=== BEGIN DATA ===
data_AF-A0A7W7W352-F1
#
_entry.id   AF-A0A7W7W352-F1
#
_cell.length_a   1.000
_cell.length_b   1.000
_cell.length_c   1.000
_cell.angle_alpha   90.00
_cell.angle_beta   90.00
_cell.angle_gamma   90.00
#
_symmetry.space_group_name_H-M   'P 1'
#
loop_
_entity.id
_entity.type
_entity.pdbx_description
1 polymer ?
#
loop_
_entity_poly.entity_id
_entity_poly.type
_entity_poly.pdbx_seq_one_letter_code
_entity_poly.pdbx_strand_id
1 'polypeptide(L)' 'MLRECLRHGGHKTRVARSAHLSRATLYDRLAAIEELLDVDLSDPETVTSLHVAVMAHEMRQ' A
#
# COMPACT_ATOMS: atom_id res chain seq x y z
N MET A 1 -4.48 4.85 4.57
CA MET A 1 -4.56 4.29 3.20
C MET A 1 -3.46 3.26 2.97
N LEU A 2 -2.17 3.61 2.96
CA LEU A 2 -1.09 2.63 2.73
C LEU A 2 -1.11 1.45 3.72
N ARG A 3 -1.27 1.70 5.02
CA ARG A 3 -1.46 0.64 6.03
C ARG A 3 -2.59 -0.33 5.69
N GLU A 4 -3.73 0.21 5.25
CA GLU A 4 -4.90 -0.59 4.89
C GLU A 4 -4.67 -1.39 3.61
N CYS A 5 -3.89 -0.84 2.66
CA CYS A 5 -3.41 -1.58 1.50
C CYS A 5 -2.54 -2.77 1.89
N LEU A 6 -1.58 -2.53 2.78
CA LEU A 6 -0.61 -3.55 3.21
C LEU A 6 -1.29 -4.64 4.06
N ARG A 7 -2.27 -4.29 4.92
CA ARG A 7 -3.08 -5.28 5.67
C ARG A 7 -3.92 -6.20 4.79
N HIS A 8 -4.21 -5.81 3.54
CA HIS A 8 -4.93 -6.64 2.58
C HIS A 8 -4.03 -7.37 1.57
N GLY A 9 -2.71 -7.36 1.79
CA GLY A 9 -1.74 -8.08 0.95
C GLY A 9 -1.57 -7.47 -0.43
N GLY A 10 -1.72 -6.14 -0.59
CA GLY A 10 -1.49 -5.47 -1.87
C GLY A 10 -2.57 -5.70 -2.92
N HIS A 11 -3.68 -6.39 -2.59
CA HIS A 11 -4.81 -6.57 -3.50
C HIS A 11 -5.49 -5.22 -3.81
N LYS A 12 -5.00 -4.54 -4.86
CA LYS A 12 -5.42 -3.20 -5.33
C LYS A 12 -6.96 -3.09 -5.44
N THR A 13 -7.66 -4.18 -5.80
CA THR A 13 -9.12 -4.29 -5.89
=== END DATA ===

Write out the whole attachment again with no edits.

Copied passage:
data_AF-A0A7W7W352-F1
#
_entry.id   AF-A0A7W7W352-F1
#
_cell.length_a   1.000
_cell.length_b   1.000
_cell.length_c   1.000
_cell.angle_alpha   90.00
_cell.angle_beta   90.00
_cell.angle_gamma   90.00
#
_symmetry.space_group_name_H-M   'P 1'
#
loop_
_entity.id
_entity.type
_entity.pdbx_description
1 polymer ?
#
loop_
_entity_poly.entity_id
_entity_poly.type
_entity_poly.pdbx_seq_one_letter_code
_entity_poly.pdbx_strand_id
1 'polypeptide(L)' 'MLRECLRHGGHKTRVARSAHLSRATLYDRLAAIEELLDVDLSDPETVTSLHVAVMAHEMRQ' A
#
# COMPACT_ATOMS: atom_id res chain seq x y z
N MET A 1 -4.48 4.85 4.57
CA MET A 1 -4.56 4.29 3.20
C MET A 1 -3.46 3.26 2.97
N LEU A 2 -2.17 3.61 2.96
CA LEU A 2 -1.09 2.63 2.73
C LEU A 2 -1.11 1.45 3.72
N ARG A 3 -1.27 1.70 5.02
CA ARG A 3 -1.46 0.64 6.03
C ARG A 3 -2.59 -0.33 5.69
N GLU A 4 -3.73 0.21 5.25
CA GLU A 4 -4.90 -0.59 4.89
C GLU A 4 -4.67 -1.39 3.61
N CYS A 5 -3.89 -0.84 2.66
CA CYS A 5 -3.41 -1.58 1.50
C CYS A 5 -2.54 -2.77 1.89
N LEU A 6 -1.58 -2.53 2.78
CA LEU A 6 -0.61 -3.55 3.21
C LEU A 6 -1.29 -4.64 4.06
N ARG A 7 -2.27 -4.29 4.92
CA ARG A 7 -3.08 -5.28 5.67
C ARG A 7 -3.92 -6.20 4.79
N HIS A 8 -4.21 -5.81 3.54
CA HIS A 8 -4.93 -6.64 2.58
C HIS A 8 -4.03 -7.37 1.57
N GLY A 9 -2.71 -7.36 1.79
CA GLY A 9 -1.74 -8.08 0.95
C GLY A 9 -1.57 -7.47 -0.43
N GLY A 10 -1.72 -6.14 -0.59
CA GLY A 10 -1.49 -5.47 -1.87
C GLY A 10 -2.57 -5.70 -2.92
N HIS A 11 -3.68 -6.39 -2.59
CA HIS A 11 -4.81 -6.57 -3.50
C HIS A 11 -5.49 -5.22 -3.81
N LYS A 12 -5.00 -4.54 -4.86
CA LYS A 12 -5.42 -3.20 -5.33
C LYS A 12 -6.96 -3.09 -5.44
N THR A 13 -7.66 -4.18 -5.80
CA THR A 13 -9.12 -4.29 -5.89